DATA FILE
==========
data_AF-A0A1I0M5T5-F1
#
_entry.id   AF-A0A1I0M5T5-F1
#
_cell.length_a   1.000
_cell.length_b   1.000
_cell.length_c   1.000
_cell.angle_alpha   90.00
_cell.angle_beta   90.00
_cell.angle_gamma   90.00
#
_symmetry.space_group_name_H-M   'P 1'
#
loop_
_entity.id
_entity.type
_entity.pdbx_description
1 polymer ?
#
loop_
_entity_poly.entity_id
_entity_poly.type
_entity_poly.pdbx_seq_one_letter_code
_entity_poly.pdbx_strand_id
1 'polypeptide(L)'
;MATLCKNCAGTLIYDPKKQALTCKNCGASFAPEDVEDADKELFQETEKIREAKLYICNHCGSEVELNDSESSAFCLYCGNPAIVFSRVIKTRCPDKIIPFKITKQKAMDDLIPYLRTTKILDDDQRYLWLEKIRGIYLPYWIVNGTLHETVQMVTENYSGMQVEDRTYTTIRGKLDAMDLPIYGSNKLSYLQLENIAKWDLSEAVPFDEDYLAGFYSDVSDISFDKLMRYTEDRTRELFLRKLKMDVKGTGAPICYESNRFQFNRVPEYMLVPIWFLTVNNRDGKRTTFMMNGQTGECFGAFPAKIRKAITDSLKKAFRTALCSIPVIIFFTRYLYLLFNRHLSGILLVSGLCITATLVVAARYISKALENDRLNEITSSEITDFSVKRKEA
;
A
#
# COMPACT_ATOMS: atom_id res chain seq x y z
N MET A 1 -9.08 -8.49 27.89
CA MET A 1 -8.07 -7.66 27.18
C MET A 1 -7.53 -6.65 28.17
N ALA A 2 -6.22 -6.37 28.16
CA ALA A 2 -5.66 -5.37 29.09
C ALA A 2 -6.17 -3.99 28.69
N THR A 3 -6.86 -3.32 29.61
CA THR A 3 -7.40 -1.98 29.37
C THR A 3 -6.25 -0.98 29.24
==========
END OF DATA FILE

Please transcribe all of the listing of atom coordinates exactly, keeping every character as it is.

data_AF-A0A1I0M5T5-F1
#
_entry.id   AF-A0A1I0M5T5-F1
#
_cell.length_a   1.000
_cell.length_b   1.000
_cell.length_c   1.000
_cell.angle_alpha   90.00
_cell.angle_beta   90.00
_cell.angle_gamma   90.00
#
_symmetry.space_group_name_H-M   'P 1'
#
loop_
_entity.id
_entity.type
_entity.pdbx_description
1 polymer ?
#
loop_
_entity_poly.entity_id
_entity_poly.type
_entity_poly.pdbx_seq_one_letter_code
_entity_poly.pdbx_strand_id
1 'polypeptide(L)'
;MATLCKNCAGTLIYDPKKQALTCKNCGASFAPEDVEDADKELFQETEKIREAKLYICNHCGSEVELNDSESSAFCLYCGNPAIVFSRVIKTRCPDKIIPFKITKQKAMDDLIPYLRTTKILDDDQRYLWLEKIRGIYLPYWIVNGTLHETVQMVTENYSGMQVEDRTYTTIRGKLDAMDLPIYGSNKLSYLQLENIAKWDLSEAVPFDEDYLAGFYSDVSDISFDKLMRYTEDRTRELFLRKLKMDVKGTGAPICYESNRFQFNRVPEYMLVPIWFLTVNNRDGKRTTFMMNGQTGECFGAFPAKIRKAITDSLKKAFRTALCSIPVIIFFTRYLYLLFNRHLSGILLVSGLCITATLVVAARYISKALENDRLNEITSSEITDFSVKRKEA
;
A
#
# COMPACT_ATOMS: atom_id res chain seq x y z
N MET A 1 -9.08 -8.49 27.89
CA MET A 1 -8.07 -7.66 27.18
C MET A 1 -7.53 -6.65 28.17
N ALA A 2 -6.22 -6.37 28.16
CA ALA A 2 -5.66 -5.37 29.09
C ALA A 2 -6.17 -3.99 28.69
N THR A 3 -6.86 -3.32 29.61
CA THR A 3 -7.40 -1.98 29.37
C THR A 3 -6.25 -0.98 29.24